Not much is known about the weapons used by the Easterlings. They had as far as it is known spears, bows, axes and chariots. They also seemed to favor the horse on many occasions, although all this probably differed greatly among the Easterling tribes or kingdoms.
Knowledge of the culture of the Easterlings is limited. In the First Age they could be quite savage; examples of this rise from Brodda's treatment of the Men of the House of Hador in Dor-lómin. In the Third age at least, the Easterlings fought with great valor, as displayed during the Battle of the Pelennor Fields and the Battle of the Black Gate. Even the women fought with the men to defend their homes and children. Easterlings fought with great skill and used many types of psychological warfare.
Portrayal in adaptationsEdit
The Lord of the Rings film trilogyEdit
In the movie The Two Towers, an army from Rhûn is entering the Black Gate. The corresponding passage in the book describes them as Easterlings; in the movie they are the same, quite distinct from the Haradrim passing through Ithilien later in the film.
However, as they carry the banner of Harad, many movie-watchers have been confused between the Haradrim and Easterlings. During this encounter, Sam accidentally falls down a slope where the Easterlings are passing by. Frodo goes after him, and two of the Easterling warriors notice the commotion; they leave the formation to inspect. Frodo hides himself and Sam under his elvish cloak, disguising them as a boulder. The Easterling soldiers almost find them, but eventually return to their legion and march into Mordor.
In the Return of the King they are also seen briefly after the gate of Minas Tirith has been breached. There they advance upon the soldiers of Gondor, but they are not seen fighting.
The Hobbit film trilogyEdit
In Peter Jackson's film series, the Easterlings are depicted as a heavily-stylized, vaguely middle eastern culture. This caused some controversy after the films were released. In the appendices of the 'Special Extended Edition', the artists claim that they were inspired by a variety of Persian cultures, particularly Sassanid Persians, Mongol Horsemen and Ottoman Turks. They have "crests" on the backs of their hat-like helmets that resemble feudal Samurai crests. They also bear a rising sun emblem upon their armor. Also, under their armor they wear veils, headscarves, and robes, suggesting a Southwest Asian influence. In some movie models, their boots have upturned toes, suggesting a Mongolic or Persian influence.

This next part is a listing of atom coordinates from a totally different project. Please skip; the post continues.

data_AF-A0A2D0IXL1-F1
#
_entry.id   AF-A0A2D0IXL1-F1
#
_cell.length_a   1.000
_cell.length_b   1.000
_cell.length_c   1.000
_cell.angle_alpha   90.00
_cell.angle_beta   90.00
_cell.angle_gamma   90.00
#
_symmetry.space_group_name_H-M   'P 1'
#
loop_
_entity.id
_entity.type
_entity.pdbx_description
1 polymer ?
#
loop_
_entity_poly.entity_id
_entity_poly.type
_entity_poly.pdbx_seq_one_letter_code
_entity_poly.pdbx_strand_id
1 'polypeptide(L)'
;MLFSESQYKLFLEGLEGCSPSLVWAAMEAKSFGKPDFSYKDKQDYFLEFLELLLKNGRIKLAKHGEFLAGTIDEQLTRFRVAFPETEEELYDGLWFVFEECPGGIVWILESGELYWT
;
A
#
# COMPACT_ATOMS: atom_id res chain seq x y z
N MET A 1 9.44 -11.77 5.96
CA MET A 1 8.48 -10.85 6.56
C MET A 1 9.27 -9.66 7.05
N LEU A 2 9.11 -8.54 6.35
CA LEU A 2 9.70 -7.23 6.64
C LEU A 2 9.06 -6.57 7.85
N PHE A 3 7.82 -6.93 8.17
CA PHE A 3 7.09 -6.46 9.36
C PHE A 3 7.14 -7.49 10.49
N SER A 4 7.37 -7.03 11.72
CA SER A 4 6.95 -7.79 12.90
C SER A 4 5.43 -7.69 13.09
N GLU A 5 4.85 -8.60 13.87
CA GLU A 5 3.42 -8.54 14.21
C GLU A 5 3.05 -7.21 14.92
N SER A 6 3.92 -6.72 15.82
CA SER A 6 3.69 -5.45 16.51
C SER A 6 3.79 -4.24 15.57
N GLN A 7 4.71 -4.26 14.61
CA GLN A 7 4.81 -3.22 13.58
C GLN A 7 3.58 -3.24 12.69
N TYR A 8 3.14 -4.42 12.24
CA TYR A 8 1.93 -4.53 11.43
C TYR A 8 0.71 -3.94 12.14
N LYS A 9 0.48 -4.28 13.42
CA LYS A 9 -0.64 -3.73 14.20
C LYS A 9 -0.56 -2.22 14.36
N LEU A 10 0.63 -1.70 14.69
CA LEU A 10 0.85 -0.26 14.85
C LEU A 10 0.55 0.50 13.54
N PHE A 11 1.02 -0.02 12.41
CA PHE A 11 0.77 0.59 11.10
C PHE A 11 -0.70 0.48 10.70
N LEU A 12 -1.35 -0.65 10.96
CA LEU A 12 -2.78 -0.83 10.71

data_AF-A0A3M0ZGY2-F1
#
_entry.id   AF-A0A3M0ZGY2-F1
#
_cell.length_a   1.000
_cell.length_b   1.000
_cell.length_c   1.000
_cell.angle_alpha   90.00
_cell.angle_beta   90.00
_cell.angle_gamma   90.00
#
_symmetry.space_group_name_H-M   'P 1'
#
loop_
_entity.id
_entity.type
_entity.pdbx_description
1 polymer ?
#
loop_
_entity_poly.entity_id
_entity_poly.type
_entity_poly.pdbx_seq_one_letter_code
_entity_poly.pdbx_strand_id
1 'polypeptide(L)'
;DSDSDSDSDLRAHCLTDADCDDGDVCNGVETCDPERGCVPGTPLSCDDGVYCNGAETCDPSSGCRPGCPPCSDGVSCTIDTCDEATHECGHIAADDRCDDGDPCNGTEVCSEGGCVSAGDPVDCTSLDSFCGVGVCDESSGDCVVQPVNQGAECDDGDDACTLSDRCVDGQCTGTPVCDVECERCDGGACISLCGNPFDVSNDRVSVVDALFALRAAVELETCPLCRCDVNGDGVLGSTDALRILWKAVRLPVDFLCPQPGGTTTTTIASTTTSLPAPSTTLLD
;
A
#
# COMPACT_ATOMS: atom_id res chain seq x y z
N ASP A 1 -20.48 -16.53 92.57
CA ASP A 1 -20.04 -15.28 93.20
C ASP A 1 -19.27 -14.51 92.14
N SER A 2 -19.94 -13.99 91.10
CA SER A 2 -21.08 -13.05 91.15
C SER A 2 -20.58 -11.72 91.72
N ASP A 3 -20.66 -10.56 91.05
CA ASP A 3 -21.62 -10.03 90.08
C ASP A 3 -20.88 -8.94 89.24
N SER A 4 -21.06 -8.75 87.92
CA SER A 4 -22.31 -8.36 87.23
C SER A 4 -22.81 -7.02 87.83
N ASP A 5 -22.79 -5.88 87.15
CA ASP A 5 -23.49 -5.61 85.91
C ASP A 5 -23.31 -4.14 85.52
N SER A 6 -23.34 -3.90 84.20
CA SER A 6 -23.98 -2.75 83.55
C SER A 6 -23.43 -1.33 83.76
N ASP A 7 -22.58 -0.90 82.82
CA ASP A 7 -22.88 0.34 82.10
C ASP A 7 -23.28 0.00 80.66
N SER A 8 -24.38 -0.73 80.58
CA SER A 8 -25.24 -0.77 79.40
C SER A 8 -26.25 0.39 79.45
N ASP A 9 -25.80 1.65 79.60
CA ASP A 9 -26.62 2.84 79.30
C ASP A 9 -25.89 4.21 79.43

Translations around the WorldEdit
|Foreign Language||Translated name|
|Chinese (Hong Kong)||東方人|
- Easterlings also appear in The Lord of the Rings Online, in the Brown Lands bordering with the Parth Celebrant region, where they established a couple of settlements, and in many other regions south of this, where they threaten the eastern borders of Rohan and in some cases join in invaders of Gondor. They belong to a few tribes: the Balchoth, the Jangovar, the Khundolar, the Variags, and the Wainriders.
Uniform, shields, and futureEdit
The armor of the Easterlings entering the Black Gates was made from bronze, along with the helmet; its dragon-skull-shape was made to intimidate enemies.
Their gold or brass overlayed steel lamellar armor consisted of a placard (stomach plate), gorget (heart & neck coverage), groin-plate, rerebraces (upper arm), vambraces (forearm), cuisses (thighs), and poleyns (knees). The clothing that the Men of Rhûn wore consisted of red leather gloves, black leather tall boots, burgundy long pants, a burgundy tunic with long sleeves, a burgundy headscarf, and a black facecloth . The undercut, brass helmet was worn over the headscarf, and featured cheek-and-eye guards, along with two horns from the back and a crest on the front, to remind other beings of dragons, intimidating to the enemy even before the battle began. This primitive form of psychological warfare was terrifyingly effective against the Men of Gondor and Rohan and Dale, who would oftentimes literally quake in their boots at what seemed a golden horde of Easterlings swarming from the farthest East.
The Men of Rhûn wore their clan-wealth as well: gold, copper, silver, rubies, and other colorful pieces of ornament-material. Easterlings also liked wearing battle trophies, talismans of victory that could inspire them to glory and riches and power and territory/region ownership and totems of fear that would intimidate their next opponents. This psychological warfare struck terror into their enemies and gave them an even greater advantage in battle.
We are also told within the various writings of Tolkien's legendarium that they were extremely tenacious fighters. After the great rout during the later stages of the Battle of the Pelennor Fields, a relatively small (7000 strong) force of Easterlings stood their ground, with their backs to the River Anduin, and fought to the last man while the host of Mordor fled. They caused sizeable and disproportionate casualties among the Men of the West, and reminded them once again that the Easterlings were dangerous and formidable opponents.